Why does this work for the professional?
Professionals need a space that will work around their schedules. Professionals often work at varying times throughout the day so a space that closes at 5pm doesn't provide an option for professionals to see clients at night. Some professionals also prefer to work on the weekend. When looking for a coworking space, it is important to look for options that will work for your business.
Case Study 3: The Remote Worker
The remote worker is someone who works for a large company but doesn't need to be in the same physical building as the company. Many businesses are starting to employ a larger remote worker workforce and while this trend provides an opportunity for many to work from home, it also creates the need for some to find home office alternatives.
How does a remote worker use a coworking space?
A remote worker tends to pick one of two different options. The first option is to work in an open workspace with a few hours a month available in a private office. The second option is full time office. It will depend on the specifications of the company. Some companies provide a coworking stipend of $200/mo for coworking space, others require that someone use a full time office that is locked.
Why does this work for the remote worker?
A remote worker might still work from home from time to time, but working from home can be isolating. By working from a coworking space, a remote worker can benefit from being part of a community, can enjoy less distractions, and increases in productivity.
Is there any other ways a remote worker my use a coworking space?
Yes, a remote worker may choose to also subscribe to a flexible office plan if they know they will be on a lot of confidential conference calls. Depending on the type of coworking space you use some of these calls can happen in a phone room, but if the coworking space is big enough you should be able to book a private room with a desk for your call.
Case Study 4: The Small Business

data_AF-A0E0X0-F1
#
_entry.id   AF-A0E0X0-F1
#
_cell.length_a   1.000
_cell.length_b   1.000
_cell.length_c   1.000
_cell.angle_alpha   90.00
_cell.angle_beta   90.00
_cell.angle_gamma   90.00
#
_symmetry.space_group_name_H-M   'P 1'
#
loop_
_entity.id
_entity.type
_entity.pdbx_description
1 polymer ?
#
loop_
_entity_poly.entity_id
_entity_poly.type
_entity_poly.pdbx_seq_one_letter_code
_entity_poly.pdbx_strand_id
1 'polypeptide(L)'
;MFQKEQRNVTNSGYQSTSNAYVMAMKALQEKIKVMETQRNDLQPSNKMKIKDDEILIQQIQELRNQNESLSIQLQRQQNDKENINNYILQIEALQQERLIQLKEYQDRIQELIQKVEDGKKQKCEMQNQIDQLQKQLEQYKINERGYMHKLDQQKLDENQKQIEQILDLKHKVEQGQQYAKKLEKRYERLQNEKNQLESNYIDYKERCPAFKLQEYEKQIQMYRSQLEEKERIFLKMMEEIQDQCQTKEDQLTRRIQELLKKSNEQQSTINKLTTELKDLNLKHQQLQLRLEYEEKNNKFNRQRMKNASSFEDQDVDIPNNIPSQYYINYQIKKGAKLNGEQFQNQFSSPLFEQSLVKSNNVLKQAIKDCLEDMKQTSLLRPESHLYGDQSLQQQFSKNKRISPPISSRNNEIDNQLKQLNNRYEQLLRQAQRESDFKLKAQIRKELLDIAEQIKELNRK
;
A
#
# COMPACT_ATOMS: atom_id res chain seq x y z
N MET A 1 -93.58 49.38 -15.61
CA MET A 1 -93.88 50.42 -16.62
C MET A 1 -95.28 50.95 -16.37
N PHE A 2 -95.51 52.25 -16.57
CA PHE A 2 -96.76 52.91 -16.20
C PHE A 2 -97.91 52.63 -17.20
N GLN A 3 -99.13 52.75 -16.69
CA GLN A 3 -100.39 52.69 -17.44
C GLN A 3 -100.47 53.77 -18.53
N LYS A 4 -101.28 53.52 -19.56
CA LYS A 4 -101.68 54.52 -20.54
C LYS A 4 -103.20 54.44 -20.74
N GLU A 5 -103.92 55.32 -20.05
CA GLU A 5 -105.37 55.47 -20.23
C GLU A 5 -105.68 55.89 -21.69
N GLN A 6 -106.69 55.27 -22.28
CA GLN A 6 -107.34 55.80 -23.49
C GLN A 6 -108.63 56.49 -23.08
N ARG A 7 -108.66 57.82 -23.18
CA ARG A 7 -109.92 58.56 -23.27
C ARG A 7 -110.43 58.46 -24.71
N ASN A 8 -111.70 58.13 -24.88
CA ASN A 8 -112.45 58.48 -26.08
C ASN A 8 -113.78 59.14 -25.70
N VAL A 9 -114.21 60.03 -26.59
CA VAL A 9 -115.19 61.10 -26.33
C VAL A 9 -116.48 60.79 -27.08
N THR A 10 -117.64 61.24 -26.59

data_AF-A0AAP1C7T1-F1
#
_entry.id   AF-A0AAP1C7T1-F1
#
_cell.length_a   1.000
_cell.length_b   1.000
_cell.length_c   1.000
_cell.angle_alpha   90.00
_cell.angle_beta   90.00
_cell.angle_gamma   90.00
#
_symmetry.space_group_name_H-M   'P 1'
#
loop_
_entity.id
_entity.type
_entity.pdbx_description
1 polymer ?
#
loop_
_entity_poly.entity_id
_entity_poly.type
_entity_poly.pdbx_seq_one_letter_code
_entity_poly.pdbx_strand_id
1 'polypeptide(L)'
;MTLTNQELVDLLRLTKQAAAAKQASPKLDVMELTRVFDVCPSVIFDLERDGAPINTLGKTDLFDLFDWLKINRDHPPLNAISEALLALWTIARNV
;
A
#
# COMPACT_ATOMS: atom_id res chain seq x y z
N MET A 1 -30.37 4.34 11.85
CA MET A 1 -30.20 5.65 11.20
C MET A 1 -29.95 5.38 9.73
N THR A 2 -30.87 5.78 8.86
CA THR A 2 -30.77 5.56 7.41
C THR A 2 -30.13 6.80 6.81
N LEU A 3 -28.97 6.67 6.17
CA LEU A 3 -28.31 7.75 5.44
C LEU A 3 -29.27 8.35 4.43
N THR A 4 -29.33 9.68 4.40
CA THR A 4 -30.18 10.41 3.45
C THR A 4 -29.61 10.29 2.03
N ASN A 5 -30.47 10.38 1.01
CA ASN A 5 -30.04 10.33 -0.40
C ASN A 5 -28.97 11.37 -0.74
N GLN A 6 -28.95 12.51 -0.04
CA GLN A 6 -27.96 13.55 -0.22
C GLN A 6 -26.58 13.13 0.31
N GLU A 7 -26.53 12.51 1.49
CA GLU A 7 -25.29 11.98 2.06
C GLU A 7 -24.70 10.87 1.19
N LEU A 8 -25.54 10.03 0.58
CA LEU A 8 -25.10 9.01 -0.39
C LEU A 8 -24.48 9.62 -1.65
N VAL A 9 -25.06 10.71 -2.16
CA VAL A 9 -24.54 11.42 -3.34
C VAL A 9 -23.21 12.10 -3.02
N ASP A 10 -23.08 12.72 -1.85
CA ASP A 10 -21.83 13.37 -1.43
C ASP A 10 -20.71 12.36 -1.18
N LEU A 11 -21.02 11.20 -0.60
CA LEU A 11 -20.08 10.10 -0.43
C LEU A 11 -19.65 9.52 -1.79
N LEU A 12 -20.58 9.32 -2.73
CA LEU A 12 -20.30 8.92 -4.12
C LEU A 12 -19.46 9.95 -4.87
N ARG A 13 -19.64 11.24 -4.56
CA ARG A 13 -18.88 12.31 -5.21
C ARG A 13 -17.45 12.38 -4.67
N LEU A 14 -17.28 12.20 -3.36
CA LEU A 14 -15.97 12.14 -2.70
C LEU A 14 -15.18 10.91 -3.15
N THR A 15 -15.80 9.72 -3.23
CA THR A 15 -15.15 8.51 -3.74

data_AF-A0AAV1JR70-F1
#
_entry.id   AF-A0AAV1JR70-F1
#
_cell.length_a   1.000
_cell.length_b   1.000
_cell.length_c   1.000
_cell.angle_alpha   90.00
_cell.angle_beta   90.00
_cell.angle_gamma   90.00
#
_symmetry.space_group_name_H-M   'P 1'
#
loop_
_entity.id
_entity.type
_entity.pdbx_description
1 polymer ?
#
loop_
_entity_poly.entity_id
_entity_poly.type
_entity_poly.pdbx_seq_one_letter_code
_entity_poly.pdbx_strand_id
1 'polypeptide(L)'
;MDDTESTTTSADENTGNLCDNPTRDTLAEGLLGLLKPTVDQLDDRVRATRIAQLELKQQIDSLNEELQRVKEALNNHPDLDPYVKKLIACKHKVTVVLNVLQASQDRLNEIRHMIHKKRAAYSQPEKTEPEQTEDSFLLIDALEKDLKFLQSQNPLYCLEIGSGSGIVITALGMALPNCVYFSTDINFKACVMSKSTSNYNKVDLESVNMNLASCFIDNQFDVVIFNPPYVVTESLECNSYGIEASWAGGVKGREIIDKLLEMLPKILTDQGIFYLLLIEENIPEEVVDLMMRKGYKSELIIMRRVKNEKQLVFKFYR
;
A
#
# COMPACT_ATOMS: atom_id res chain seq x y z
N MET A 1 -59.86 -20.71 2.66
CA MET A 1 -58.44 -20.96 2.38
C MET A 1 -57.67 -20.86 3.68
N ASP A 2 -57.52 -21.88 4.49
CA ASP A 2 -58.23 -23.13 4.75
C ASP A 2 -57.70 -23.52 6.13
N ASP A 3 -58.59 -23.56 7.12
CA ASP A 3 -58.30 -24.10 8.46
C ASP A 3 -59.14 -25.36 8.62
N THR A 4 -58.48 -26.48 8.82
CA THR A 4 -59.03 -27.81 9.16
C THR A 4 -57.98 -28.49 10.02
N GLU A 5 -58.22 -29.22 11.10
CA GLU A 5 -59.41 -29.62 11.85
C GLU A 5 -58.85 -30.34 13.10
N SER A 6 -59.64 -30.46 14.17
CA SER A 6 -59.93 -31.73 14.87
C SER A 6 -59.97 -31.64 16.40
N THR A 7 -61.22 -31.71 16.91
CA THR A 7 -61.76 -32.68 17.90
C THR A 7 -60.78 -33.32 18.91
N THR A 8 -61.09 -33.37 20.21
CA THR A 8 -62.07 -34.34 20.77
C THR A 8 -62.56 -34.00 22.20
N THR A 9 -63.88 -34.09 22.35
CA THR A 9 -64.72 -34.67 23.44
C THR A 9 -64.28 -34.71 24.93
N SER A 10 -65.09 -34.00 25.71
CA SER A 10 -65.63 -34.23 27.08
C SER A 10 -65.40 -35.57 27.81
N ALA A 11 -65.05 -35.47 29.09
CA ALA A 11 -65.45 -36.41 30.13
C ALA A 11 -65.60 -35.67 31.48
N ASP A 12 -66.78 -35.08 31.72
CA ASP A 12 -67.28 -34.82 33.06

A small business is more than one person using the space at the same time. Most coworking spaces will have plans that allow for use of more than one person giving volume discounts. A small business that may choose to work in a coworking space could be a start up, a small service based business, or even a small non-profit organization.
How does a small business use a coworking space?
Typically a small business will choose either full time hot desks, a shared private office for their team, or they'll request an area be built out for their team.
Why does this work for a small business?
A small business will always be concerned with overhead. One of the highest cost associated with overhead is rent and payroll. Working in a coworking space allows a small business to save money and share architecture with other businesses so they don't have to pay for the full price themselves. When looking at a commercial lease, the cost is much higher than just the lease amount, a business needs to factor in utilities, cleaning supplies, labor to upkeep the space, water, furniture, and internet. When a business uses a coworking space they just worry about one price the use of the space.
Is there any other ways small businesses use coworking spaces?
Yes, small businesses can utilize coworking spaces for networking, holding workshops, marketing events, as well as hosting client meetings.
If you'd like to learn more about how we can help you with your workspace needs, reach out to schedule a call.